It's a new segment on Adventures in Hypergraphia: Ask a writer! Where I talk about my writing practises and habits.
If you're a writer and have your own answer to any of the questions, or if you'd like to add your own question to the table for a possible future article, sound off in the comments!
“HOW ARE YOU ABLE TO KEEP YOUR IDEAS GOING?!” -WingedRuby @ DeviantART
This. This thing. With the stickers and the pretty artwork I snagged off Tumblr, is my current notebook.
(Best notebook I've ever had, actually. What with the pen holder and all.)
The old adage is true; I can't make ideas come flying to me. Forcing them has never given me anything but depressive swings and headaches. But what they forgot to mention is that I can always carry a gun to shoot them out of the sky with.
If you're at all serious about being a writer, you need to carry some way to record your thoughts with you at all times.
I'm a writer. I need to carry something to record ideas. It needs to be with me when I go shopping. When I take a drive. When I go to visit a friend. When I go across the street for frozen yogurt. When I'm going to the movie theater. When I step out to get the mail. Whenever I end up on my first date, I'm going to be carrying some form of paper and pen with me the entire time. I'm dead serious about this. This is what writers do. Those reporters in movies with the tape recorders? It's the same principle. They never know when something interesting will happen around them, and neither do I.
And it's not something to be stingy with. I can't wait for an idea to be developed enough or be sure that it's even a good idea to write it down. I have to abuse my pretty notebook. If a notebook is too fancy or expensive for me to feel comfortable writing anything in it, like a gift or whatever, I won't use it for this. I need to be ready to write so much that smell the ink coming off the pages. I need to be ready to take weird notes that only make sense to me. I need to be ready to, gasp, draw on lined paper if a doodle will more quickly portray what's going through my head.
I can't wait until I'm in a “normal” place to write, either. There are times when I'll get an idea in the middle of Target and end up wedged against the side of an aisle while carts scrape by me because I need to write something down, and people are staring at me because it looks like I'm taking notes on them (and occasionally, I might be. That hairstyle would be great for a character I've been thinking about...) This is a pretty regular occurrence, actually. Ideas are not convenient.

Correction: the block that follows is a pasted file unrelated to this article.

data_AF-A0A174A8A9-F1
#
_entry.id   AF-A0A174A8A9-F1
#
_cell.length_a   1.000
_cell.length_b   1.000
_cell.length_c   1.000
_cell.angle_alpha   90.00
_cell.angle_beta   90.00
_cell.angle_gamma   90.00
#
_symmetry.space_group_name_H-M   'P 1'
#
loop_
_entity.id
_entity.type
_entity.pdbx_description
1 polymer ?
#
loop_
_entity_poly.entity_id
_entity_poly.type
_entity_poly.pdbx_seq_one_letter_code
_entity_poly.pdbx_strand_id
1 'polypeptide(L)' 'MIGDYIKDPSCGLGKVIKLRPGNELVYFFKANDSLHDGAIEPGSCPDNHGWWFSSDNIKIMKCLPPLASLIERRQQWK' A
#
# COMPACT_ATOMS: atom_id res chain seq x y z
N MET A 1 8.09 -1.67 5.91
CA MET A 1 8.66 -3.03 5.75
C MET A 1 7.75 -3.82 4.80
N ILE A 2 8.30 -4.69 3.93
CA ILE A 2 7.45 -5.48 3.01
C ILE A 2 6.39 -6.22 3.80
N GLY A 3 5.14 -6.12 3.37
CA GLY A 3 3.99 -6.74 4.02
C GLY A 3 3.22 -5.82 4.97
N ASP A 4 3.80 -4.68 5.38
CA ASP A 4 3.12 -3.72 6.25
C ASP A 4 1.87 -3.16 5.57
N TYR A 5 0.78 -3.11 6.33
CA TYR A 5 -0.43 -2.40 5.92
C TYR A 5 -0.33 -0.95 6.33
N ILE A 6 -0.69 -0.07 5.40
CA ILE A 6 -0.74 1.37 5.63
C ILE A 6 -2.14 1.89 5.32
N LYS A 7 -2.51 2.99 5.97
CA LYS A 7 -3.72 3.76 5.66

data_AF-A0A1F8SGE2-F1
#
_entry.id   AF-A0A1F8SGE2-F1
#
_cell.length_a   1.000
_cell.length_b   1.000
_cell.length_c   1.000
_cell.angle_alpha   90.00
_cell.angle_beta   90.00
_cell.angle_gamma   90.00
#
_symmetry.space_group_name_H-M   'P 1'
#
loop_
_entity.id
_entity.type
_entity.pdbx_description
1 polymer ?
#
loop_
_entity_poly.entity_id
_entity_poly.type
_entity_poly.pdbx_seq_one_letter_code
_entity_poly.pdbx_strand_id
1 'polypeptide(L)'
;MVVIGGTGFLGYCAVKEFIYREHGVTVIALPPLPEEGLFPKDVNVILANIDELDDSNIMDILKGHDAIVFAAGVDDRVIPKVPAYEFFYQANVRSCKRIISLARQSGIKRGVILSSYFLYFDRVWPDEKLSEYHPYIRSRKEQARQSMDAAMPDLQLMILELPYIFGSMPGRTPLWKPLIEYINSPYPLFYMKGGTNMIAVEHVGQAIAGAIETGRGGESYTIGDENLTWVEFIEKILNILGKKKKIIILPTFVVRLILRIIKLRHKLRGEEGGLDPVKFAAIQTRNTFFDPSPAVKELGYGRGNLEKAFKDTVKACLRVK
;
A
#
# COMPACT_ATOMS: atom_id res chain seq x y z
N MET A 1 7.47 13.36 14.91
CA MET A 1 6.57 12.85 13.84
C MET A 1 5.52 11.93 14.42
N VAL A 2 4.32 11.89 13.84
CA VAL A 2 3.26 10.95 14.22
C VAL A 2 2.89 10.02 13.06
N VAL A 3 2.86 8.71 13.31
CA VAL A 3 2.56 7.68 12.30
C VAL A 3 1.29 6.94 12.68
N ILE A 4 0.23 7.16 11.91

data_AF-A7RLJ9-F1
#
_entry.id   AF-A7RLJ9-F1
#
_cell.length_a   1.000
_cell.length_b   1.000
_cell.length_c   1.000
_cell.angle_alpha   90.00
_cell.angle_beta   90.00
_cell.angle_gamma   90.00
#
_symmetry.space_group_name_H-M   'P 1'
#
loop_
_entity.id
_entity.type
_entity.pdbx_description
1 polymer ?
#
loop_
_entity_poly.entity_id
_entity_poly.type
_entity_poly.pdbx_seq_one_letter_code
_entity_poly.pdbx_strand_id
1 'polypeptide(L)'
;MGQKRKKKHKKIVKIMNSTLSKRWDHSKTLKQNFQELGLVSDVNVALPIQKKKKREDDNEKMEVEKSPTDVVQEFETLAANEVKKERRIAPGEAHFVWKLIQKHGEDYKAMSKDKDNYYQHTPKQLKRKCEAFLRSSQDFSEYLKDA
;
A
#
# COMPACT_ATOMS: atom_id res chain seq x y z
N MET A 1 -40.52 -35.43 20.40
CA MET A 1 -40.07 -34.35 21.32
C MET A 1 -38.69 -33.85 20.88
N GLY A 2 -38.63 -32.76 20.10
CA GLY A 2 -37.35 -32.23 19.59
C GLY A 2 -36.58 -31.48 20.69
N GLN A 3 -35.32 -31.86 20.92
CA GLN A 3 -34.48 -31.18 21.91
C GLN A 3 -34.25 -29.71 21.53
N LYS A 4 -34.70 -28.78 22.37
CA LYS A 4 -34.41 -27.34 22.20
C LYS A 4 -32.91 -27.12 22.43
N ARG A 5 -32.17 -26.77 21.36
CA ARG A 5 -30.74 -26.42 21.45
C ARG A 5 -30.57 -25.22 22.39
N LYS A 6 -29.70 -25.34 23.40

Even waiting for a thought to sound fully developed or a isn't always an option. If I hear a good name for a character, think up a line of dialog that makes me laugh, or get a “what if this character...?” that I might decide I want an answer for, the pen goes to the notebook. I'd rather have an incomplete thought or a scene that doesn't go anywhere than nothing. I've had plenty of random snippets that I didn't have a place for eventually come together and make up a bigger picture. It's a lot like collecting puzzle pieces.
I don't run out of ideas because I capture any part of them I can as soon as I can, and I work from there.
When I keep myself open and keep writing things down, I find myself with more ideas than I know what to do with.
There are also some other things I do to help me keep ideas, but that's just me:
-My notebook is a mess. Doodles and ideas and quotes and website URLs all worm their way in, so for me, with “one liner” ideas that don't have much development and I don't plan to work on right away, it helps to keep a separate, more organized story idea notebook. I currently have two of them. I number the pages and note in the front what pages contain ideas for what fandoms. Just, if you want to do something like this, avoid the trap of spending more time organizing than you do writing.
-Prompt lists are fantastic things. If I'm stuck and don't feel like working on anything in my idea book, I can just start typing something from a prompt with a randomly selected character or whatever. Even if it comes out as total crap, there's usually some springboard somewhere in it. Nothing gets writing done like writing.
You can't be too meticulous about writing things down, really.